• No results found

Comfort Zone Expansion (CoZE)

In document Applied rationality (Page 104-108)

CoZE means “Comfort Zone Expansion.” Sometimes uncomfortable emotions – such as fear, disgust, shame, guilt, embarrassment, or helplessness – can actually help protect us or other people from harm.

But like any sensor, these emotions can be mis-calibrated. The idea behind CoZE is that safe and gradual exposure can help us re-calibrate these aversions and expand our comfort zones in useful directions. (CoZE is definitely not meant to completely eliminate these discomforts from our emotional repertoire!)

This class focuses on expanding comfort zones in social arenas, because they tend to be a particularly high value sphere of activity. The social realm is where we manage jobs, meet friends, find love, share interests, recruit collaborators, etc.

There are four broad domains that past participants have found particularly useful to experiment with:

Identity, Playfulness, Vulnerability, and (the slightly catchall) Adding to Your Social Utility Belt.

The goal of this class is to help you explore the periphery of your current comfort zone and to find new good ideas that you can add to your social repertoire and affordances. You can also better calibrate your social instincts by giving your System 1 real data to update on, instead of imagined data.

104

Identity

How would you describe yourself? What adjectives would you use, what group memberships would you cite? And how do those affiliations restrict the actions you feel that you can take?

Example 1

Cat thought of her self as the kind of person who didn't inconvenience others. So, she felt terrible about the idea of waking the sleeping person in the aisle seat, even though she badly needed to use the bathroom. She waiting til she was in physical pain before bothering him, and still felt uncomfortable about disturbing him.

Later, Cat decided her reluctance to bother people wasn't wrong, but it was miscalibrated. She did small CoZE exercises where she mildly inconvenienced people by stopping them and asking them for directions until it felt less aversive.

Example 2

After campaigning to run a college organization, Chris had a lot of flashcards with the photos of people in his class on them. Every week, he drew one card from the deck and thought about a particular virtue or fluency that the person on the card had, and which he could improve. Then he'd spend the week “dressing up” like that person, with regard to the desired behavior.

And you?

I’m not the kind of person who….

I would never ___________ in public

People like me can’t ___________

I wish I could ___________ like [name of friend]

Playfulness

If something is aversive, you're probably experiencing FEAR, one of the seven primary emotional affects. When you add in a sense of PLAY, the mixed emotion tends to feel like exhilaration. So, finding a way to make an aversive activity a little silly or playful might shift your experience from the sickening drop of freefall to the fun of riding a roller-coaster.

Not to mention that PLAY is fun in and of itself. So you might want to be playful for it's own sake, so your life (and that of people around you) can be more engaging and delightful.

Example 1

Anna felt a bit uncomfortable drawing attention to herself in public, so, when she went to the mall on a CoZE exercise, she did something that felt funny. She walked through stores and danced to the Muzak playing on the speakers. Some of the other shoppers looked surprised, and then amused.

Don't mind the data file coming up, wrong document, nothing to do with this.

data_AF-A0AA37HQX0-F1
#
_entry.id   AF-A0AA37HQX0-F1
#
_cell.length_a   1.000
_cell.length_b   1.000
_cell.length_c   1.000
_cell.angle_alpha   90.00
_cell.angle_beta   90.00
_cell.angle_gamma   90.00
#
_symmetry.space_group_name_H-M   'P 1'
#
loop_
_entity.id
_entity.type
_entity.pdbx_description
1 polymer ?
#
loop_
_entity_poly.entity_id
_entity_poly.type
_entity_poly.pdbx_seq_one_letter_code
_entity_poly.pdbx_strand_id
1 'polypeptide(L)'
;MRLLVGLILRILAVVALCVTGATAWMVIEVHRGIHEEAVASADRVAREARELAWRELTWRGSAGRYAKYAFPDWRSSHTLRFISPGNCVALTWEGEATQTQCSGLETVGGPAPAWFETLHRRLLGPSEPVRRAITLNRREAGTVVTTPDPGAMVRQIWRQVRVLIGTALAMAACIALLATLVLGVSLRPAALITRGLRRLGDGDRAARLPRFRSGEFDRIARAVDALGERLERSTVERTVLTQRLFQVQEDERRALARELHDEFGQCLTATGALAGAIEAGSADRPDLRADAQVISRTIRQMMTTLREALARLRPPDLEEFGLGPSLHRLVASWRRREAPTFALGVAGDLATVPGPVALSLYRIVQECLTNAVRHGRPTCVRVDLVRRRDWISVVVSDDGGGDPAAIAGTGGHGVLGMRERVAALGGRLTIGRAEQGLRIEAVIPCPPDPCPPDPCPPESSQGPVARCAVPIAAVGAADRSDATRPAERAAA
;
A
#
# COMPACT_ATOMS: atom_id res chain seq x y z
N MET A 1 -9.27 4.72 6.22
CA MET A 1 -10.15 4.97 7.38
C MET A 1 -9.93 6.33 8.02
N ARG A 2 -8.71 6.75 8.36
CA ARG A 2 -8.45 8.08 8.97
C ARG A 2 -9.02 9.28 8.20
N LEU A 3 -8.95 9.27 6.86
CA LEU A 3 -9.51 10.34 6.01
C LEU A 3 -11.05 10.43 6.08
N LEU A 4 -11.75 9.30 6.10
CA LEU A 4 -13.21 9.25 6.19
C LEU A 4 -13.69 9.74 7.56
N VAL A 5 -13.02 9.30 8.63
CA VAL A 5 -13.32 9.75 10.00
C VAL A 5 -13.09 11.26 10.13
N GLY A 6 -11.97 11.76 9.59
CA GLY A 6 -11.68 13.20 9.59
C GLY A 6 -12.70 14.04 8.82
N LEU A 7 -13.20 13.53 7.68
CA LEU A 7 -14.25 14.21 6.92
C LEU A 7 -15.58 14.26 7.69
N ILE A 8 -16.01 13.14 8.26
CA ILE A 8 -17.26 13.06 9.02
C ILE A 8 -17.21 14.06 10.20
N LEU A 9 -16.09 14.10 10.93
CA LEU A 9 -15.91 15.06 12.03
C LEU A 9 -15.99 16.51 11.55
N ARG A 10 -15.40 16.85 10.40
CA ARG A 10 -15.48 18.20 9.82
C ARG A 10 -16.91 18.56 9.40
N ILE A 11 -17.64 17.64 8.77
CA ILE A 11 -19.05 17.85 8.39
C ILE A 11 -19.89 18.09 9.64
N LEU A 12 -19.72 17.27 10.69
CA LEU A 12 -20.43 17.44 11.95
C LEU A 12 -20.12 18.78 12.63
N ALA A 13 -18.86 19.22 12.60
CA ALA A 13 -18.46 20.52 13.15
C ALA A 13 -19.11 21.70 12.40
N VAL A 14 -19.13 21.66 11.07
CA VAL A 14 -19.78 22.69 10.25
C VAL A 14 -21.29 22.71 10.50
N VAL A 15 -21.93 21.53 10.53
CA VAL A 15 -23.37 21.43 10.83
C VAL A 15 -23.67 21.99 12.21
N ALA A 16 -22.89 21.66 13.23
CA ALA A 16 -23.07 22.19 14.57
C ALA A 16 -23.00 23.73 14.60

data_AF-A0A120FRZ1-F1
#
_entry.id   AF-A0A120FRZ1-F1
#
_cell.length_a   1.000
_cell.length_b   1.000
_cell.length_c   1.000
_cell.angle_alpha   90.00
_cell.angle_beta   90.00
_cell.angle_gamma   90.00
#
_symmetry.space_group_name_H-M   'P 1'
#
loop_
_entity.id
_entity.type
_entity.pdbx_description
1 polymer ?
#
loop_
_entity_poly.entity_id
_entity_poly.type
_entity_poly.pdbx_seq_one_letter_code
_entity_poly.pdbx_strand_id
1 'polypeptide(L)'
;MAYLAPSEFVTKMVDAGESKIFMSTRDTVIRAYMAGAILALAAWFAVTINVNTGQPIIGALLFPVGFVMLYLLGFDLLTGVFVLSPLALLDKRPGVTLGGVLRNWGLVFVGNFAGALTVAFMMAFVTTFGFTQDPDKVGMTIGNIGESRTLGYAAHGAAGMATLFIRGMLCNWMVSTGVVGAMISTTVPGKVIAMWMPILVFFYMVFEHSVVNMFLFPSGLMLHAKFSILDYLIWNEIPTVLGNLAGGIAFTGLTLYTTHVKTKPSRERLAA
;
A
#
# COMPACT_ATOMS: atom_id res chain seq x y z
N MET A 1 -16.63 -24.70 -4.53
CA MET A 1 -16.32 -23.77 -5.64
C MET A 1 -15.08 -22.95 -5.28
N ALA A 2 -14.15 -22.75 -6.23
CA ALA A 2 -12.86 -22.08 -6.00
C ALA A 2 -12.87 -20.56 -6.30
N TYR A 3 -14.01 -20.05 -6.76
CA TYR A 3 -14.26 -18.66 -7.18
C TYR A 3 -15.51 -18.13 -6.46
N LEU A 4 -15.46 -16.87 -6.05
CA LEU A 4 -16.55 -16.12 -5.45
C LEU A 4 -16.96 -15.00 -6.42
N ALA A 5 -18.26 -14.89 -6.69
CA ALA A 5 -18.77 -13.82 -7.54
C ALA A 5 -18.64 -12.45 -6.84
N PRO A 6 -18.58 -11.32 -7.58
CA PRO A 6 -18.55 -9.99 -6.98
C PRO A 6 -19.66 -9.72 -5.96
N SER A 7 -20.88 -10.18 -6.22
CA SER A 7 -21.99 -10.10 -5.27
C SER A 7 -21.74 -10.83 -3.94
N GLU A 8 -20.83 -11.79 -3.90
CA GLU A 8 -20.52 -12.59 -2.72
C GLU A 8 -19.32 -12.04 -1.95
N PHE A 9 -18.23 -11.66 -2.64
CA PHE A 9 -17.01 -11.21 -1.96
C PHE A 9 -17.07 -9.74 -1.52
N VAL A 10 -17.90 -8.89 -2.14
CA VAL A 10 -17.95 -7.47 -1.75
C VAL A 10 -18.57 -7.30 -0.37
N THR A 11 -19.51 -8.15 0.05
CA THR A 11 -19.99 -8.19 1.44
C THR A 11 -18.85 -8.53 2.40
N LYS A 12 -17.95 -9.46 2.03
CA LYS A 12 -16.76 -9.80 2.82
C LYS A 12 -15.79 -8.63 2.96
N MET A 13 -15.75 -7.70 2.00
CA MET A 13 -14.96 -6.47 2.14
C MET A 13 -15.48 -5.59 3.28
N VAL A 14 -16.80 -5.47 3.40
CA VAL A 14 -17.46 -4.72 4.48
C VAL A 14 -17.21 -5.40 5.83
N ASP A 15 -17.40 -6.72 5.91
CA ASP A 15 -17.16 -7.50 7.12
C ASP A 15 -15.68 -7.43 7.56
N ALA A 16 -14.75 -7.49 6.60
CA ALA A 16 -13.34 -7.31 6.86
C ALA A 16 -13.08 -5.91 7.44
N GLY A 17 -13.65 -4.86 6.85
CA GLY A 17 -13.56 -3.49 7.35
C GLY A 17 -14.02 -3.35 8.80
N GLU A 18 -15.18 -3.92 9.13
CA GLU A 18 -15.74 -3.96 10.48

Example 2

In the run-up to the release of Les Miserables, Leah kept hoping, as she went through her commute, that people around her would break into a flashmob of “One Day More.” After a week or two of wishing, she decided to be the kind of person she wanted to exist, and organized a group to sing in Union Station.

And you?

What do you wish/would be fun for other people to do around you?

How could something intimidating be a bit ridiculous?

What are you “too old” to do?

What amusing/silly things have you enjoyed that you would like to happen more often?

106

Vulnerability

Playfulness can help you get over an aversive hurdle or just enrich your life, but, for some goals, this affect can be a bit counterproductive. Comedians like Stephen Colbert can use playfulness to interact with people shielded by a persona, rather than as themselves. It isn't an approach you want to use in all circumstances. So, some participants like to spend CoZE times deliberately being more open and honestly present to others.

Example 1

James found it easy to goof off in public, but he wasn't so sure what to do with strangers besides entertain them. So, on the CoZE outing, he chatted up a barber, and ended up talking to him about his concerns about a romantic relationship. The barber had some advice (not quite helpful) but James felt a lot better just being to think through his concerns with someone else.

Example 2

Sarah tended to self-censor her more abstract analogies and digressions when speaking to people she didn't already know or meet through mutual friends. So, at the mall, she went browsing in a

department store and talked to the sales clerk the way she would talk to her friends. The clerk was thrown, but nothing bad happened except a bit of awkwardness, so Sarah felt a bit less urgency to monitor her speech in the future.

And you?

What’s a part of yourself that you’d like to show to others?

What’s a part of yourself that you could never show to others?

What feels tiring/worrying to care about?

Context switching

What would happen if you were the way you are around your significant other when you were with a stranger? What would happen if you were the way you are around your family at your job?

In document Applied rationality (Page 104-108)

Related documents